Pfizer preferred for <50s due to AstraZeneca blood clot risk
In a major blow for Australia’s COVID-19 vaccine rollout, the Australian Technical Advisory Group on Immunisation (ATAGI) has recommended that the AstraZeneca vaccine no longer be the preferred choice for adults under the age of 50, citing rare but serious blood clotting side effects found in a small number of younger vaccine recipients worldwide.
Last week, the European Medicines Agency (EMA)’s Pharmacovigilance Risk Assessment Committee (PRAC) carried out an in-depth review of 62 cases of cerebral venous sinus thrombosis and 24 cases of splanchnic vein thrombosis reported in the EU drug safety database (EudraVigilance) as of 22 March, 18 of which were fatal. The cases came mainly from spontaneous reporting systems of the European Economic Area (EEA) and the United Kingdom, where around 25 million people had received the AstraZeneca vaccine. Most of the cases reported occurred in women under 60 years of age within two weeks of vaccination.
The committee said one plausible explanation for the combination of blood clots and low blood platelets is an immune response, leading to a condition similar to one seen sometimes in patients treated with heparin (heparin induced thrombocytopenia or HIT). The PRAC has requested new studies and amendments to ongoing ones to provide more information, but in the meantime has concluded that unusual blood clots with low blood platelets should be listed as very rare side effects of the vaccine. The committee acknowledged that the reported combination of blood clots and low blood platelets is very rare, and the overall benefits of the vaccine in preventing COVID-19 outweigh the risks of side effects.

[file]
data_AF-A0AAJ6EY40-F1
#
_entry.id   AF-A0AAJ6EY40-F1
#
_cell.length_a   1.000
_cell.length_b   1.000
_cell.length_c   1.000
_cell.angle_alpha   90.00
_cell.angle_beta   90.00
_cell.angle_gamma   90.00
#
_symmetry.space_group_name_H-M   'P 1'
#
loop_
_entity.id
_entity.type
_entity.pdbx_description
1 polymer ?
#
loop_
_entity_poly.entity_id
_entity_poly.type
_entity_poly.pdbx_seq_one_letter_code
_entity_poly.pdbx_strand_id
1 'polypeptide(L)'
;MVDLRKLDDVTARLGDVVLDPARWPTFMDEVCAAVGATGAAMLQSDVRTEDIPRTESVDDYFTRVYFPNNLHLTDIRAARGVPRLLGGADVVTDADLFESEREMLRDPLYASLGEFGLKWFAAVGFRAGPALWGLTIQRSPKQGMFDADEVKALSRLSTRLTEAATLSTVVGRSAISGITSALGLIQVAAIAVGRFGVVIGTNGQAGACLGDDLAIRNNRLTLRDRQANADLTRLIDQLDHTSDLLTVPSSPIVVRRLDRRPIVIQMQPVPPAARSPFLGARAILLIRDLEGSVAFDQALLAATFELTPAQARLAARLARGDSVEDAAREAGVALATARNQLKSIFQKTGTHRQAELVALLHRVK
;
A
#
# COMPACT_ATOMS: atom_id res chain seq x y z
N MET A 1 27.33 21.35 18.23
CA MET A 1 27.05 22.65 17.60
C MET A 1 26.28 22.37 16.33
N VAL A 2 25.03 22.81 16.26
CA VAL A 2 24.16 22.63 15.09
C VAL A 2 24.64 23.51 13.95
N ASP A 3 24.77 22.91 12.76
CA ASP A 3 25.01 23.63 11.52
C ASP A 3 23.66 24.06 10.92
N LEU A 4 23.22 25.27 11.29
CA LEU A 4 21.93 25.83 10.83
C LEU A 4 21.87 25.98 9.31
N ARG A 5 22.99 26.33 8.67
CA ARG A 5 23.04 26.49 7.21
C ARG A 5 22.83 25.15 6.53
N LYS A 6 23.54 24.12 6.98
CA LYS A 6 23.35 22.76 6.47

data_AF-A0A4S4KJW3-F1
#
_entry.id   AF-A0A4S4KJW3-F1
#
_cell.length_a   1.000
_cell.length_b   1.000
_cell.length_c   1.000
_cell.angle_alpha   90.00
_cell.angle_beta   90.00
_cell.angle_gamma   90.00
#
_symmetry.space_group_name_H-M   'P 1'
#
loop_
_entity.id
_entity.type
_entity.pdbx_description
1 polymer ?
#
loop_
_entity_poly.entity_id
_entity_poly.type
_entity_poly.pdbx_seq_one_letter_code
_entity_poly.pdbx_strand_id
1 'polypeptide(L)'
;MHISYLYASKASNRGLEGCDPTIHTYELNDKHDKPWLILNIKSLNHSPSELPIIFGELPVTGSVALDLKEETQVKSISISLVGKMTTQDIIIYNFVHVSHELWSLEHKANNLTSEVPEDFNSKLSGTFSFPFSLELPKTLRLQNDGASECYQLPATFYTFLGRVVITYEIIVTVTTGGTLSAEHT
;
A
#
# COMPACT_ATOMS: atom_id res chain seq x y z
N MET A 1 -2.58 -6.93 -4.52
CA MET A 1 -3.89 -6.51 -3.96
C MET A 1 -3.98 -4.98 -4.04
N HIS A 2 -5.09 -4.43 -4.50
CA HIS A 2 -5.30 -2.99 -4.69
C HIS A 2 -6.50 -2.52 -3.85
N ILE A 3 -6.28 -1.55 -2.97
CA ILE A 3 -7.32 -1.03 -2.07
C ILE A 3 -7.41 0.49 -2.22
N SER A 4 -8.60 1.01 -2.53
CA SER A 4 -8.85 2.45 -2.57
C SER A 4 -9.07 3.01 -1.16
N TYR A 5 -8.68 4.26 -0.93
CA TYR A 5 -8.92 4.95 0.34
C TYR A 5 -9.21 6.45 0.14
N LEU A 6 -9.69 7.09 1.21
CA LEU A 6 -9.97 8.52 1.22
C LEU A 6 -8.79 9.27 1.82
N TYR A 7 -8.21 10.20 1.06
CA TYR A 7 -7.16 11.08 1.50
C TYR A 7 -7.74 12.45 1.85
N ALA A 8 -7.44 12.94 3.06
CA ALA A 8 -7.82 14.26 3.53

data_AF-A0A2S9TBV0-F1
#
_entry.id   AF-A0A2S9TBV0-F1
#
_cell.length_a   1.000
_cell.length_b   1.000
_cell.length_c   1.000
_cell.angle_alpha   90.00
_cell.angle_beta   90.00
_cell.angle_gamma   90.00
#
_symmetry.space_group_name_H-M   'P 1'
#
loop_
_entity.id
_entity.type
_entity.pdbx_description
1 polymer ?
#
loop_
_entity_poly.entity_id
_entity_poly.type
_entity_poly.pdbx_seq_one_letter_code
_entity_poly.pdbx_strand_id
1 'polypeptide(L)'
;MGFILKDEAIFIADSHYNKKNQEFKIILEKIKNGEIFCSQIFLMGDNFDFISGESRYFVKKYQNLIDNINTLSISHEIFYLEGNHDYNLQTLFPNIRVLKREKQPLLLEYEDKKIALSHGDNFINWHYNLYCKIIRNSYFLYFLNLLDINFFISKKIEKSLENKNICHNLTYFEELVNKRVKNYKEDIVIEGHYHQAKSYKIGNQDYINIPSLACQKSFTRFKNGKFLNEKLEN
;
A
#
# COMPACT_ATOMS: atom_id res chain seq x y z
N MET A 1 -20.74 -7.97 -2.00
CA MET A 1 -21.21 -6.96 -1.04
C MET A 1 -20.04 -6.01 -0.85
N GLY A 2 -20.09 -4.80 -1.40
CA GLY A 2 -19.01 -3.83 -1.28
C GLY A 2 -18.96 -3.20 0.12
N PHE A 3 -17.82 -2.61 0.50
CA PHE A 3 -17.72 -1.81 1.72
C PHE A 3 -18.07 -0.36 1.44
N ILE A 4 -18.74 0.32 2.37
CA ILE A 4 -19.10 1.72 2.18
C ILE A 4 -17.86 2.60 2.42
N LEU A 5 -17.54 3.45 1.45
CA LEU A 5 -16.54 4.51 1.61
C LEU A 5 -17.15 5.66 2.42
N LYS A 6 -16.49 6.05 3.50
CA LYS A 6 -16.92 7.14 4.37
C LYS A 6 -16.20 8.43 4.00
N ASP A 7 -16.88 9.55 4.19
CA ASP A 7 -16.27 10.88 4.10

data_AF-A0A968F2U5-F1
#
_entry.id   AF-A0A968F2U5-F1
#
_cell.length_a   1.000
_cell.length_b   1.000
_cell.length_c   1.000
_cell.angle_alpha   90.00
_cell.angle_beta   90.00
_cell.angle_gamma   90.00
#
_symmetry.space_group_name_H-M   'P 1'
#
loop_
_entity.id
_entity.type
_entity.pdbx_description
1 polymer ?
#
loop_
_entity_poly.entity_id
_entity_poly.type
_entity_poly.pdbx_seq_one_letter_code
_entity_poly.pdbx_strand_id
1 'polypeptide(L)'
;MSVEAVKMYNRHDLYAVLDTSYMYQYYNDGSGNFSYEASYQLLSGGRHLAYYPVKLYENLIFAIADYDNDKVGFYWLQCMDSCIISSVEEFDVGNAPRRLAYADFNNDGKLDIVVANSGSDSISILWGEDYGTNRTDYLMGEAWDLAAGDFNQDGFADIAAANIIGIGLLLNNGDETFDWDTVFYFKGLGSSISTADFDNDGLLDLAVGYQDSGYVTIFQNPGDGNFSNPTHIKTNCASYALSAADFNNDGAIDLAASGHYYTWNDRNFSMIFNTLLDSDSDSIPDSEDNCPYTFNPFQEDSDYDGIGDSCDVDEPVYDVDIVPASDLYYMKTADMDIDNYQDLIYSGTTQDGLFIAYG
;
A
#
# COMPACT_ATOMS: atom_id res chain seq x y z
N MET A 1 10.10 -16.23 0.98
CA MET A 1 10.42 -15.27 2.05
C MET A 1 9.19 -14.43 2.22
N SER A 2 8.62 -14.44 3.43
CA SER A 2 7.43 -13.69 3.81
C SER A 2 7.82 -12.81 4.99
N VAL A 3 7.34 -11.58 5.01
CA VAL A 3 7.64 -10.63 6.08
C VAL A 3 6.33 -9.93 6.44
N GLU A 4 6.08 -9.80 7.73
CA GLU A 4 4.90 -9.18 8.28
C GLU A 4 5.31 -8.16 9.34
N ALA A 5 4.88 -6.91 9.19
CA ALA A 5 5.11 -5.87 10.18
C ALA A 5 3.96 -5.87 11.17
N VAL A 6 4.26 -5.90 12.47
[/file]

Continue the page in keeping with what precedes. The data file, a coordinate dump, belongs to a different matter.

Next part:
Within 24 hours, the ATAGI had advised the Australian Government that the risk of blood clotting side effects from the AstraZeneca vaccine is four to six in one million people, in the first four to 20 days post vaccination. This makes it a rare but serious side effect for a vaccine that is otherwise highly effective in preventing severe disease caused by COVID-19.
On that basis, the recommendation is that it is preferred that the Pfizer vaccine be provided to Australian adults under the age of 50. The AstraZeneca vaccine should only be given as a first dose to adults under the age of 50 where the benefit clearly outweighs the risk for that individual, the Group said.
Those who have received their first dose of the AstraZeneca vaccine and experienced no clotting — which in Australia refers all but one known recipient of the vaccine — are being assured that it is safe to receive their second dose. AstraZeneca also remains recommended for those over the age of 50, as the ratio of benefit to risk is much higher in favour of vaccination for older and therefore more vulnerable groups.
Prime Minister Scott Morrison has advised that the vaccination rollout will continue and that the program should not be significantly affected in the short term, particularly since a large proportion of the current Phase 1b vaccine recipients includes Australians over the age of 70. Members of Phase 1b who are under 50 should still have the opportunity to receive the AstraZeneca vaccine if they consent to understanding the risks, particularly if their doctor deems it appropriate.
In the longer term, the Australian Government has announced the purchase of an additional 20 million doses of the Pfizer vaccine, for a total of 40 million. The newly acquired doses are expected to be in Australia by the fourth quarter of this year, the Prime Minister said, which should coincide with the penultimate phase of the vaccination program — Phase 2b — covering low-risk Australian adults under 50.
Originally published here.
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